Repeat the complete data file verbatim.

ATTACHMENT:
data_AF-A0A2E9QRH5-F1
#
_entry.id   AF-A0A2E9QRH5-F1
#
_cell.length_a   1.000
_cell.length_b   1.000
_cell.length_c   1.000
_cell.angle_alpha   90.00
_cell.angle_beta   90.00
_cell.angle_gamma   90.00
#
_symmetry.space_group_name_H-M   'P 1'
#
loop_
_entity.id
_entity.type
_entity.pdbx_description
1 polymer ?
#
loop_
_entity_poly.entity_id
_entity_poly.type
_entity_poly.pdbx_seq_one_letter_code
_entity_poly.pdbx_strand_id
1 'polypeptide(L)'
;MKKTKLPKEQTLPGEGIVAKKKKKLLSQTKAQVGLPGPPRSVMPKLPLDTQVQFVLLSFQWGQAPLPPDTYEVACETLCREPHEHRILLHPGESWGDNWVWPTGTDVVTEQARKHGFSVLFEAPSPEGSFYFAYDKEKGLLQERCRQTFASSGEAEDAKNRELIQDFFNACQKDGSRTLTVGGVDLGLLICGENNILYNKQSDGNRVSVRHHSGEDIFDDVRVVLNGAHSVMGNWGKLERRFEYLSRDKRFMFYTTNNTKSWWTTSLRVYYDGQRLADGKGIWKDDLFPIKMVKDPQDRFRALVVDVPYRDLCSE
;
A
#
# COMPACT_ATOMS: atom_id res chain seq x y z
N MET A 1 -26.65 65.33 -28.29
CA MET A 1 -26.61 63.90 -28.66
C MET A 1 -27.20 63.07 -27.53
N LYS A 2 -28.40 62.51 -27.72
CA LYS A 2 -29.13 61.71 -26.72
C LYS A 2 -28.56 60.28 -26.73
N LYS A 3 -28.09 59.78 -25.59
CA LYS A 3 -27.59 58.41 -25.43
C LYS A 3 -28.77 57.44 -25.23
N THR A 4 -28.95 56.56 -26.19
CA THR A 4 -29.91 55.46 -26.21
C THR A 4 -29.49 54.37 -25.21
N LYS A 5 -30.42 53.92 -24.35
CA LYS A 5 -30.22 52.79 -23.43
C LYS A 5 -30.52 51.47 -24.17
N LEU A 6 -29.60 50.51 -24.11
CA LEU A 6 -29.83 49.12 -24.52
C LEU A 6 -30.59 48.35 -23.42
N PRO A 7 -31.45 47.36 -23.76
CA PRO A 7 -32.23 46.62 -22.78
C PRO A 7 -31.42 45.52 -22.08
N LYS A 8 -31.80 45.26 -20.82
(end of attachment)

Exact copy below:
data_AF-A0A2E9QRH5-F1
#
_entry.id   AF-A0A2E9QRH5-F1
#
_cell.length_a   1.000
_cell.length_b   1.000
_cell.length_c   1.000
_cell.angle_alpha   90.00
_cell.angle_beta   90.00
_cell.angle_gamma   90.00
#
_symmetry.space_group_name_H-M   'P 1'
#
loop_
_entity.id
_entity.type
_entity.pdbx_description
1 polymer ?
#
loop_
_entity_poly.entity_id
_entity_poly.type
_entity_poly.pdbx_seq_one_letter_code
_entity_poly.pdbx_strand_id
1 'polypeptide(L)'
;MKKTKLPKEQTLPGEGIVAKKKKKLLSQTKAQVGLPGPPRSVMPKLPLDTQVQFVLLSFQWGQAPLPPDTYEVACETLCREPHEHRILLHPGESWGDNWVWPTGTDVVTEQARKHGFSVLFEAPSPEGSFYFAYDKEKGLLQERCRQTFASSGEAEDAKNRELIQDFFNACQKDGSRTLTVGGVDLGLLICGENNILYNKQSDGNRVSVRHHSGEDIFDDVRVVLNGAHSVMGNWGKLERRFEYLSRDKRFMFYTTNNTKSWWTTSLRVYYDGQRLADGKGIWKDDLFPIKMVKDPQDRFRALVVDVPYRDLCSE
;
A
#
# COMPACT_ATOMS: atom_id res chain seq x y z
N MET A 1 -26.65 65.33 -28.29
CA MET A 1 -26.61 63.90 -28.66
C MET A 1 -27.20 63.07 -27.53
N LYS A 2 -28.40 62.51 -27.72
CA LYS A 2 -29.13 61.71 -26.72
C LYS A 2 -28.56 60.28 -26.73
N LYS A 3 -28.09 59.78 -25.59
CA LYS A 3 -27.59 58.41 -25.43
C LYS A 3 -28.77 57.44 -25.23
N THR A 4 -28.95 56.56 -26.19
CA THR A 4 -29.91 55.46 -26.21
C THR A 4 -29.49 54.37 -25.21
N LYS A 5 -30.42 53.92 -24.35
CA LYS A 5 -30.22 52.79 -23.43
C LYS A 5 -30.52 51.47 -24.17
N LEU A 6 -29.60 50.51 -24.11
CA LEU A 6 -29.83 49.12 -24.52
C LEU A 6 -30.59 48.35 -23.42
N PRO A 7 -31.45 47.36 -23.76
CA PRO A 7 -32.23 46.62 -22.78
C PRO A 7 -31.42 45.52 -22.08
N LYS A 8 -31.80 45.26 -20.82